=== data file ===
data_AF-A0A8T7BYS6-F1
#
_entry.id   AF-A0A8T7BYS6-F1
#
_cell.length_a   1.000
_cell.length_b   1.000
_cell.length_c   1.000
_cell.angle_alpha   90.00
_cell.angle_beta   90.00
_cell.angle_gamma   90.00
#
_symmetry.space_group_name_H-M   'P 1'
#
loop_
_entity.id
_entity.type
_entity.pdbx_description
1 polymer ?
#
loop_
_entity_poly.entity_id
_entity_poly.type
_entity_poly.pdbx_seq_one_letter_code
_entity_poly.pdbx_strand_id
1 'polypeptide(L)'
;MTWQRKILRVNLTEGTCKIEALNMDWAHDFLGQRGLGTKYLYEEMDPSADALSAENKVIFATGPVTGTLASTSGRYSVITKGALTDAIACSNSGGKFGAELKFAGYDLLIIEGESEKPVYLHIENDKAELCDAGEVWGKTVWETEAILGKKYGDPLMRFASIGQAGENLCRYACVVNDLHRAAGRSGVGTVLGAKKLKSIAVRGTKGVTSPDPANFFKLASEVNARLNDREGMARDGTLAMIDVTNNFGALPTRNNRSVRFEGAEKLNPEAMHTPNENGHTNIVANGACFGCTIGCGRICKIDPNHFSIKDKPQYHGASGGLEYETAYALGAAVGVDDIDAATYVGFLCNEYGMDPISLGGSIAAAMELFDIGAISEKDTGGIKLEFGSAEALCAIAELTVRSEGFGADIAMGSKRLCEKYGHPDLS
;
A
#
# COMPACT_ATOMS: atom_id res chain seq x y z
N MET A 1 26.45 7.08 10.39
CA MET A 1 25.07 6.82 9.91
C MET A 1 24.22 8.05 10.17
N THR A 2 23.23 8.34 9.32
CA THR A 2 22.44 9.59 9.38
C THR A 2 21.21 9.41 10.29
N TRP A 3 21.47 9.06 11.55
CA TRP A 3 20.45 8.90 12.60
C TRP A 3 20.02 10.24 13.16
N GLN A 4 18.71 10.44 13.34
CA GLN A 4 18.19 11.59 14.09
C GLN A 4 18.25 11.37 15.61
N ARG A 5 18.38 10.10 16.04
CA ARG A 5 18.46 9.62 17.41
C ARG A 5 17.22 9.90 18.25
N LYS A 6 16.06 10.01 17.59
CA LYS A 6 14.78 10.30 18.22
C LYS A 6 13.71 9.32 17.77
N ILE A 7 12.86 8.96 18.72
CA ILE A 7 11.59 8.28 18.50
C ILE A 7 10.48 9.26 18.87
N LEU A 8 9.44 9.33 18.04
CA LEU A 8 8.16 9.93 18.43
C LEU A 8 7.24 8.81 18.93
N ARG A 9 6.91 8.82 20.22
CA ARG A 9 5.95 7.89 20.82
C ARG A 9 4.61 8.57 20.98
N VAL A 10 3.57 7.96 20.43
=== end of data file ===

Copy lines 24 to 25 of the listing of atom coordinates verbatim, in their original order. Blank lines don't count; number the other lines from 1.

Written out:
_entity_poly.pdbx_strand_id
1 'polypeptide(L)'